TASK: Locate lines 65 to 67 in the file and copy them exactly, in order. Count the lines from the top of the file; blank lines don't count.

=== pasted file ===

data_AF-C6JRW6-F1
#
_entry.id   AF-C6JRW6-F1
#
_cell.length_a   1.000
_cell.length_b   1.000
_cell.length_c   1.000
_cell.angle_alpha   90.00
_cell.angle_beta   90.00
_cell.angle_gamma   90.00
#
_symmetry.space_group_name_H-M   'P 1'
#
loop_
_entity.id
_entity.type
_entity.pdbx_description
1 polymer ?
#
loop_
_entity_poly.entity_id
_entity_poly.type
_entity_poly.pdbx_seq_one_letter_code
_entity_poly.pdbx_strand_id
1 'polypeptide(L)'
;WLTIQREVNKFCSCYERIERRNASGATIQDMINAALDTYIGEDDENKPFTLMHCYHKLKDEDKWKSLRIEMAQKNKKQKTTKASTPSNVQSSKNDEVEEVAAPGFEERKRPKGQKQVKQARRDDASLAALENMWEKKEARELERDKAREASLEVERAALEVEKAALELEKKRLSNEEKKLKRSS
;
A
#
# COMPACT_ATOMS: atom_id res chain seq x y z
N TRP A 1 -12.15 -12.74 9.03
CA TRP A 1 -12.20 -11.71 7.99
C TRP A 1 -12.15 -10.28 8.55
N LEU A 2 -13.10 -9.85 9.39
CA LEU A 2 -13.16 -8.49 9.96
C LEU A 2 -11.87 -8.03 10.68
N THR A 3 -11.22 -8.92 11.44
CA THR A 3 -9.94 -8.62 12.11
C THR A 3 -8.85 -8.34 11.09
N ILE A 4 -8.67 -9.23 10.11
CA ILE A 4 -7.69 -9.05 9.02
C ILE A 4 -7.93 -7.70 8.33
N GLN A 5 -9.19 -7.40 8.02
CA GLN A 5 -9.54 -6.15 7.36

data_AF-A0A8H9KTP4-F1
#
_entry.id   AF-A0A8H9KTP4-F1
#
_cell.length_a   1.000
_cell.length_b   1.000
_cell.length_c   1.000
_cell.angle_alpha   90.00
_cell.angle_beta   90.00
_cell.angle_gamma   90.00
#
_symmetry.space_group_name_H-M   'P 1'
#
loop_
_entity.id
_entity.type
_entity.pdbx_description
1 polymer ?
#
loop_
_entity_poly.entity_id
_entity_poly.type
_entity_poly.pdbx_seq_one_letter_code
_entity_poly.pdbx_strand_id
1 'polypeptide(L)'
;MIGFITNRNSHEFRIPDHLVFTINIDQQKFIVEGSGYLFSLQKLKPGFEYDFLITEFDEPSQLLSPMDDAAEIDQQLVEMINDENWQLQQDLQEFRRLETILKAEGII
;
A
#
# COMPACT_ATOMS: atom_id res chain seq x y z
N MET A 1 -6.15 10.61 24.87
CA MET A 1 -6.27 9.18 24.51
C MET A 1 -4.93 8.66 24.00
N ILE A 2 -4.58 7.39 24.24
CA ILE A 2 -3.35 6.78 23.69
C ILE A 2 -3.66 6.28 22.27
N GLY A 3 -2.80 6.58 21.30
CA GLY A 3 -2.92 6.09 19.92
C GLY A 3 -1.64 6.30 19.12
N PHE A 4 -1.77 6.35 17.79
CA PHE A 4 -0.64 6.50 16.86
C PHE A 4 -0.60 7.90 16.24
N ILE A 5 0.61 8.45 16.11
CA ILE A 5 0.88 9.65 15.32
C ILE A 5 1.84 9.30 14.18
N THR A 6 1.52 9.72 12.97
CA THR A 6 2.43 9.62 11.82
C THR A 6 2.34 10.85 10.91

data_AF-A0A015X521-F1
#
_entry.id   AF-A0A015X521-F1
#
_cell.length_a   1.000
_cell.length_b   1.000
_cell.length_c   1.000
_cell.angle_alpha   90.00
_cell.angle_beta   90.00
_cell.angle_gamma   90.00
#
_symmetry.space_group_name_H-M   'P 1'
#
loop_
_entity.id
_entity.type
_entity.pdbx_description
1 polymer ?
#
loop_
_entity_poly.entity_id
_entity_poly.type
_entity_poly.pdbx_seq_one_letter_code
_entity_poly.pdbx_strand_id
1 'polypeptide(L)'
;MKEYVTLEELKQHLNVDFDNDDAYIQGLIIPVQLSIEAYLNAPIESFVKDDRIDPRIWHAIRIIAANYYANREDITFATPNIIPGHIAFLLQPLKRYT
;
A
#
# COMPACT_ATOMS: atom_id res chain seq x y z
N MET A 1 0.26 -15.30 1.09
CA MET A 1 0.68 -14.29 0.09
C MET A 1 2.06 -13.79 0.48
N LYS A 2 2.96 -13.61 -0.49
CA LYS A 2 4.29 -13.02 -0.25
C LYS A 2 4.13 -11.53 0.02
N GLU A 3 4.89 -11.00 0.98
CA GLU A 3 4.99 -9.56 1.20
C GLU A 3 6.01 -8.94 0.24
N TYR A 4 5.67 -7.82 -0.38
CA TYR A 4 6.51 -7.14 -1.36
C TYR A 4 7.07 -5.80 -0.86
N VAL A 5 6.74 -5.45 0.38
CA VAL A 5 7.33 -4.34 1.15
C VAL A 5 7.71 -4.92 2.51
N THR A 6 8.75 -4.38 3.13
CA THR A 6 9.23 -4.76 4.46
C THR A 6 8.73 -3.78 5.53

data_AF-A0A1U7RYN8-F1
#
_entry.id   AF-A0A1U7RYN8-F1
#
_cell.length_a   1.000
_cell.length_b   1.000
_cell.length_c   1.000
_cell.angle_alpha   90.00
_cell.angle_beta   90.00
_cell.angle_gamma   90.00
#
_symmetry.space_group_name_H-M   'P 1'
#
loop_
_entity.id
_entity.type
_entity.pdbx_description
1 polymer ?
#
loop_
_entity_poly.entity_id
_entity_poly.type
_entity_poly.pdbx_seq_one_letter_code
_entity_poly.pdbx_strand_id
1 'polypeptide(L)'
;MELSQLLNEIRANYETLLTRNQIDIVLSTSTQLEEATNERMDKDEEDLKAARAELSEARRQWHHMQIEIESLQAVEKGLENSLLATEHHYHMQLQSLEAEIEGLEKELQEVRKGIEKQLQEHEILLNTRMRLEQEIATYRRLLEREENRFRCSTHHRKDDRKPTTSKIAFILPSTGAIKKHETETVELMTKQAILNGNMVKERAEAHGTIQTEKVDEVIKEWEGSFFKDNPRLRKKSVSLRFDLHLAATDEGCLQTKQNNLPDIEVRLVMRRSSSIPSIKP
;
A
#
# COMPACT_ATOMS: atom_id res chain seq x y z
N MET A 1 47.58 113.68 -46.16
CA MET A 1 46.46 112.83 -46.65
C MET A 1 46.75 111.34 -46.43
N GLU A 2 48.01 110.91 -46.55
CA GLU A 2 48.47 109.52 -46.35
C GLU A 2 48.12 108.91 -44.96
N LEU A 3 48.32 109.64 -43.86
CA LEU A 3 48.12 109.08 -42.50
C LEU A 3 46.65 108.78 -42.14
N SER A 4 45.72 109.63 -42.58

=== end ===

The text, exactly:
_entity_poly.entity_id
_entity_poly.type
_entity_poly.pdbx_seq_one_letter_code